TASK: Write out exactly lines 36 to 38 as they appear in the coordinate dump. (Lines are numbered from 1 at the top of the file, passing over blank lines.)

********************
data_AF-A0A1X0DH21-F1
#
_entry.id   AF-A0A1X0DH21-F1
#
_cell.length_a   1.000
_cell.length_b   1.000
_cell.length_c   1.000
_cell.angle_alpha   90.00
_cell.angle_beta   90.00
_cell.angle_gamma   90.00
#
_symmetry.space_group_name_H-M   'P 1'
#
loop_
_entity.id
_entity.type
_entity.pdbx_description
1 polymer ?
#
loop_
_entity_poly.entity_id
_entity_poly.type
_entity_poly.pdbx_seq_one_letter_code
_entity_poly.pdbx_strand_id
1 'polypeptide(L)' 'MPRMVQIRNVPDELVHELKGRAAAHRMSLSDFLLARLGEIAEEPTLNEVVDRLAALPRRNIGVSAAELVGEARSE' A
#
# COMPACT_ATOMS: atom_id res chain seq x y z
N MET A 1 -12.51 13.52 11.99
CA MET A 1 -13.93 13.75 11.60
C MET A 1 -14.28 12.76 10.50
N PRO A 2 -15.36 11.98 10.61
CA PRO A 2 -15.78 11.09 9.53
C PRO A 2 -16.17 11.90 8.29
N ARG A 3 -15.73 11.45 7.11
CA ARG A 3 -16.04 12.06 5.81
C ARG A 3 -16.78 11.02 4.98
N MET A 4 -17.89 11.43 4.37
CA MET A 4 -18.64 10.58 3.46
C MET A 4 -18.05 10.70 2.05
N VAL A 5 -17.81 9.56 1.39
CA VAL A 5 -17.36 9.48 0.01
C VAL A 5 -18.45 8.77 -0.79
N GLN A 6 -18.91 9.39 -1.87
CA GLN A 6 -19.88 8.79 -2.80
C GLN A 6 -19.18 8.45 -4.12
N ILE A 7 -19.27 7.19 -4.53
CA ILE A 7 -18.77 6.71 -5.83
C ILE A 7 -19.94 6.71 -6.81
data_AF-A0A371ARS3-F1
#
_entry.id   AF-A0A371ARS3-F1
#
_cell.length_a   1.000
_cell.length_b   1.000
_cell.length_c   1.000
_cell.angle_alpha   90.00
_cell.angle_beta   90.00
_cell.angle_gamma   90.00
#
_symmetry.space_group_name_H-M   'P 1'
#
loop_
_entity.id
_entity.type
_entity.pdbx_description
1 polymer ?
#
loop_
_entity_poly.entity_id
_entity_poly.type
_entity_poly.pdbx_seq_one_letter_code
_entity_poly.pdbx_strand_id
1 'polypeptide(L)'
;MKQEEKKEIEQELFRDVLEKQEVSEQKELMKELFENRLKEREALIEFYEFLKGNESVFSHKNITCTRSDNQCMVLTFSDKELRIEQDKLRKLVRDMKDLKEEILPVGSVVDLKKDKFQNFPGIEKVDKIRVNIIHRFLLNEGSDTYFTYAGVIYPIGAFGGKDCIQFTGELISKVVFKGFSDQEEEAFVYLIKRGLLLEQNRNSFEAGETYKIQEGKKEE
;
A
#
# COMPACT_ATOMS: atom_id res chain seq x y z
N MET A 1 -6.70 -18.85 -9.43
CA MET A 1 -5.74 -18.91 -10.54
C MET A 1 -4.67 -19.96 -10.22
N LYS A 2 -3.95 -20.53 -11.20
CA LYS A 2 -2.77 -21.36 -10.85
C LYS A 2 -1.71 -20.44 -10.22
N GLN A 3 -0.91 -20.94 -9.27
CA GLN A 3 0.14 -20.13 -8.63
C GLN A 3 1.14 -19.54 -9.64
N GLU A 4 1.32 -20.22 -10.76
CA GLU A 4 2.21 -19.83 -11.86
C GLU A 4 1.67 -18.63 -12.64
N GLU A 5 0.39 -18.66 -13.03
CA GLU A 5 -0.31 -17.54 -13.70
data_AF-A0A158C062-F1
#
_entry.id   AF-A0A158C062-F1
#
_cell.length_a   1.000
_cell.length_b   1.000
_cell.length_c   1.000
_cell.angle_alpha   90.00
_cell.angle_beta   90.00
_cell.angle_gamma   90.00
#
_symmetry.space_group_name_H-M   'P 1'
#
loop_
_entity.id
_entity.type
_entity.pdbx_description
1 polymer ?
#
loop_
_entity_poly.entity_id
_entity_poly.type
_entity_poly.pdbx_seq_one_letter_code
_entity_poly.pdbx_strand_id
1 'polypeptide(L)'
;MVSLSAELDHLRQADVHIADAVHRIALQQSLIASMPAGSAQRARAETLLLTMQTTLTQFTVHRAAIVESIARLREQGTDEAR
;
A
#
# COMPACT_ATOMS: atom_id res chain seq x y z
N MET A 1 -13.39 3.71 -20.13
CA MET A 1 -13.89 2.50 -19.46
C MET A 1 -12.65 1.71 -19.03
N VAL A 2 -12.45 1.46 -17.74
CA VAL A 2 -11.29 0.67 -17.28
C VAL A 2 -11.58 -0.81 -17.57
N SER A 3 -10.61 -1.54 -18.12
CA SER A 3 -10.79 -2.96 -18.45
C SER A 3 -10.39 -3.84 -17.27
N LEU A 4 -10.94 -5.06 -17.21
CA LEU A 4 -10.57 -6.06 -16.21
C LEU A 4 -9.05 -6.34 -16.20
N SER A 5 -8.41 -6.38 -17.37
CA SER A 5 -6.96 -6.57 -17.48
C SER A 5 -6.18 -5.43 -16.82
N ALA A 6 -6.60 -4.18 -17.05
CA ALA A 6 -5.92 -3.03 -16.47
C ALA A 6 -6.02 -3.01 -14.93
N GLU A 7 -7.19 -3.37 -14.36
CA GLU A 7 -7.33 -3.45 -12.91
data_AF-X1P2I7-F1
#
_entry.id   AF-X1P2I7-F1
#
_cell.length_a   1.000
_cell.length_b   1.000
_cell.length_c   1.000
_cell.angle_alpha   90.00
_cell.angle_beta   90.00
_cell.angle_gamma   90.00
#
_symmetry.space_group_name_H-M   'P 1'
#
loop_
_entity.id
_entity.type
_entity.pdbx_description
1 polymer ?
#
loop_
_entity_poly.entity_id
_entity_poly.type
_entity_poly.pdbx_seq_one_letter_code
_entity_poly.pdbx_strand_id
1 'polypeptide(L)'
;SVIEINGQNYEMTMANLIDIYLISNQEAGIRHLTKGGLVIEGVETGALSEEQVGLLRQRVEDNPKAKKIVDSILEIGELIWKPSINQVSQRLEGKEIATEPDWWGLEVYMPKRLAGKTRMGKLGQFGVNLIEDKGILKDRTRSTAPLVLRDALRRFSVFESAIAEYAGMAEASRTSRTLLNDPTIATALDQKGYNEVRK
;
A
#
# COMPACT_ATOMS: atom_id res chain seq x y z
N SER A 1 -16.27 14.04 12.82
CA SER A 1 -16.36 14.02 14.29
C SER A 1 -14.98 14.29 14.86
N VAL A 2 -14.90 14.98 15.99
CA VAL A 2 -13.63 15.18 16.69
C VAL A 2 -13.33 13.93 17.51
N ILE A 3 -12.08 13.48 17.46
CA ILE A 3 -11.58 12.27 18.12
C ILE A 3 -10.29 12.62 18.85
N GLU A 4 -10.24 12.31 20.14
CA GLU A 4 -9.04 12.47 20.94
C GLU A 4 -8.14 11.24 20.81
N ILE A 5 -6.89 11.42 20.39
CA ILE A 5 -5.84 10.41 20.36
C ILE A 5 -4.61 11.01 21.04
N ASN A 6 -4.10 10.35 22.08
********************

C ARG A 3 -16.78 11.02 4.98
N MET A 4 -17.89 11.43 4.37
CA MET A 4 -18.64 10.58 3.46